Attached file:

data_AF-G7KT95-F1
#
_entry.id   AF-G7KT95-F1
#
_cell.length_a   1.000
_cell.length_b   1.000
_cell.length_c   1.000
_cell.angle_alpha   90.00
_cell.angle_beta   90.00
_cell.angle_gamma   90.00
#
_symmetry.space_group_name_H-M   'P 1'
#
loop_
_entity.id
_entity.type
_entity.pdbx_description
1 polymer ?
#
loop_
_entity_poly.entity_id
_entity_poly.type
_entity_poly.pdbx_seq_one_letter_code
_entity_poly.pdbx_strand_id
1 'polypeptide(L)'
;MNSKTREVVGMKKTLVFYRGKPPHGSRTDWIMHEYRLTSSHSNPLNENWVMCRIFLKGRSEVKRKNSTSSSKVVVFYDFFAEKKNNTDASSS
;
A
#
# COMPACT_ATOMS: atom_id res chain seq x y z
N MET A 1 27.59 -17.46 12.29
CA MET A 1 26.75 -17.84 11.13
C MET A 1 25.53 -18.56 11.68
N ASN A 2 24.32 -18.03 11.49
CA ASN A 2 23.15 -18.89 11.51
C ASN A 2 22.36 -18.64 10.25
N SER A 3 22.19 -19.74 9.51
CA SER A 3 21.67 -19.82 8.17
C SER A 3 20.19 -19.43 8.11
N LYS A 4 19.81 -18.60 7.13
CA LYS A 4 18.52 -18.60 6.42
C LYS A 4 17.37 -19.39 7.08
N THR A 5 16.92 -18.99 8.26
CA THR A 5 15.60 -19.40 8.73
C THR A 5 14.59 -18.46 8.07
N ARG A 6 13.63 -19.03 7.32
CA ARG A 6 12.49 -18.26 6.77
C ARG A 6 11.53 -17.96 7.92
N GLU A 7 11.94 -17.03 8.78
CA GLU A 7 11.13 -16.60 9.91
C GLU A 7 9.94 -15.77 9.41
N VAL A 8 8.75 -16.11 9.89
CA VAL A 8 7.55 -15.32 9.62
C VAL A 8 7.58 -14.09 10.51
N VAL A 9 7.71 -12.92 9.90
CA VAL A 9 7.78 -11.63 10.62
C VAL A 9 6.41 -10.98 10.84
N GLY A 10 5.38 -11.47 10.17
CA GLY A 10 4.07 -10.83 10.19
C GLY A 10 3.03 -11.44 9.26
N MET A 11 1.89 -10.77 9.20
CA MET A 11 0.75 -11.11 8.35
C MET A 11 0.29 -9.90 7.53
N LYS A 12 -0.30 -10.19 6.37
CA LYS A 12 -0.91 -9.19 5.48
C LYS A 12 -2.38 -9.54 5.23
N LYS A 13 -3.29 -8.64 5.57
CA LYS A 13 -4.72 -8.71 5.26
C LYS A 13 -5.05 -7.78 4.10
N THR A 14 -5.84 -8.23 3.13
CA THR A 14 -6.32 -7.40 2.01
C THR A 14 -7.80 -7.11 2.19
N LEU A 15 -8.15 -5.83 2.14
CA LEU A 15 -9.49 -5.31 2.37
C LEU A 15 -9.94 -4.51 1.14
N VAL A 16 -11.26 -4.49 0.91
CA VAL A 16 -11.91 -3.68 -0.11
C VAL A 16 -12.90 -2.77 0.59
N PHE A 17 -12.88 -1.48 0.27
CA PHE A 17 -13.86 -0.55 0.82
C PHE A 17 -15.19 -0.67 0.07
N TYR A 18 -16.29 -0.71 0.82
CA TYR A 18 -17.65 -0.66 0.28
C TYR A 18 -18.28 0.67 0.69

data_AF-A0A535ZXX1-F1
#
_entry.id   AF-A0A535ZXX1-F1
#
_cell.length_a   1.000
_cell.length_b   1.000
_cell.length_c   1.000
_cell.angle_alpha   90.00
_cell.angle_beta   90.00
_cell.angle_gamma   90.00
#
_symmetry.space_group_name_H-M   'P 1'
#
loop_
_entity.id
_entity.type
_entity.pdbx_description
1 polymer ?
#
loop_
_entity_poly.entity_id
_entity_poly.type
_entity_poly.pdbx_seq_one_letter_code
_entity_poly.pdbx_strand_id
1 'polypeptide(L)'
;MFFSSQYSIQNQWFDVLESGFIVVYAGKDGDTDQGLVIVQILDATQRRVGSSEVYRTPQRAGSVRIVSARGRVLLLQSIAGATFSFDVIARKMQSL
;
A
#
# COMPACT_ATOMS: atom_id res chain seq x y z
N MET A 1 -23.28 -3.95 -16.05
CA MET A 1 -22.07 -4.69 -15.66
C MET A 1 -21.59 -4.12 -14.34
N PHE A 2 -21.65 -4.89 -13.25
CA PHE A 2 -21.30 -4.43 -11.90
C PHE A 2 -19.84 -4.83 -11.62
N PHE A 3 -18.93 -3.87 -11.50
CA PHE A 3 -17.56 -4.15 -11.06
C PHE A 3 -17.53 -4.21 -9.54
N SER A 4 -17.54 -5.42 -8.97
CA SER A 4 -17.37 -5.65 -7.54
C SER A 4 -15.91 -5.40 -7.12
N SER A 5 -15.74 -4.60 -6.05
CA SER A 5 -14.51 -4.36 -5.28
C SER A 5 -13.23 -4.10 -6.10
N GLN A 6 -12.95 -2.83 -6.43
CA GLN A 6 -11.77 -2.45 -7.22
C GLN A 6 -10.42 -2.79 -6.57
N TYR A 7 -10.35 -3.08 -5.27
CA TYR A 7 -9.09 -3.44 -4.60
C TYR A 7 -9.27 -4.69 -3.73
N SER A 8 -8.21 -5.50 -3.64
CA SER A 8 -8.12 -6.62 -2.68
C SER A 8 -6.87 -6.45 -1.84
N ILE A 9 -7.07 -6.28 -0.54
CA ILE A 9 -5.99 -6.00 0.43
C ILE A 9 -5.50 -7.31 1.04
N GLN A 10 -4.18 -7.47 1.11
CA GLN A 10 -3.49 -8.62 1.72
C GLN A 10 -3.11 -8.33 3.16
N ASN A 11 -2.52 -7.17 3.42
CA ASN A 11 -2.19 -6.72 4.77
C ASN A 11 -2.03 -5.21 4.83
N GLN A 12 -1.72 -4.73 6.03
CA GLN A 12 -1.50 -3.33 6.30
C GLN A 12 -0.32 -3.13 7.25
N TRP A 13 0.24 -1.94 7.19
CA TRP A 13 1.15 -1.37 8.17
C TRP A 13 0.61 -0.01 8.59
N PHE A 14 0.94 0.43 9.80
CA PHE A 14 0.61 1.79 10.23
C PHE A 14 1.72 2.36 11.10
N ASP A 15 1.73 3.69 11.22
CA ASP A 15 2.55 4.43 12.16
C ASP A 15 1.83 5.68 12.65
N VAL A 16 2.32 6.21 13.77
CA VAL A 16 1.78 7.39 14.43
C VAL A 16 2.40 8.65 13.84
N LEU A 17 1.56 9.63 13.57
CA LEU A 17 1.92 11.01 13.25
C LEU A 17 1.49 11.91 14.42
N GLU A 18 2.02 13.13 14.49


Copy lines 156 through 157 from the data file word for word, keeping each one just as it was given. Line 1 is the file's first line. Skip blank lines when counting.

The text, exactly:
C PHE A 14 1.72 2.36 11.10
N ASP A 15 1.73 3.69 11.22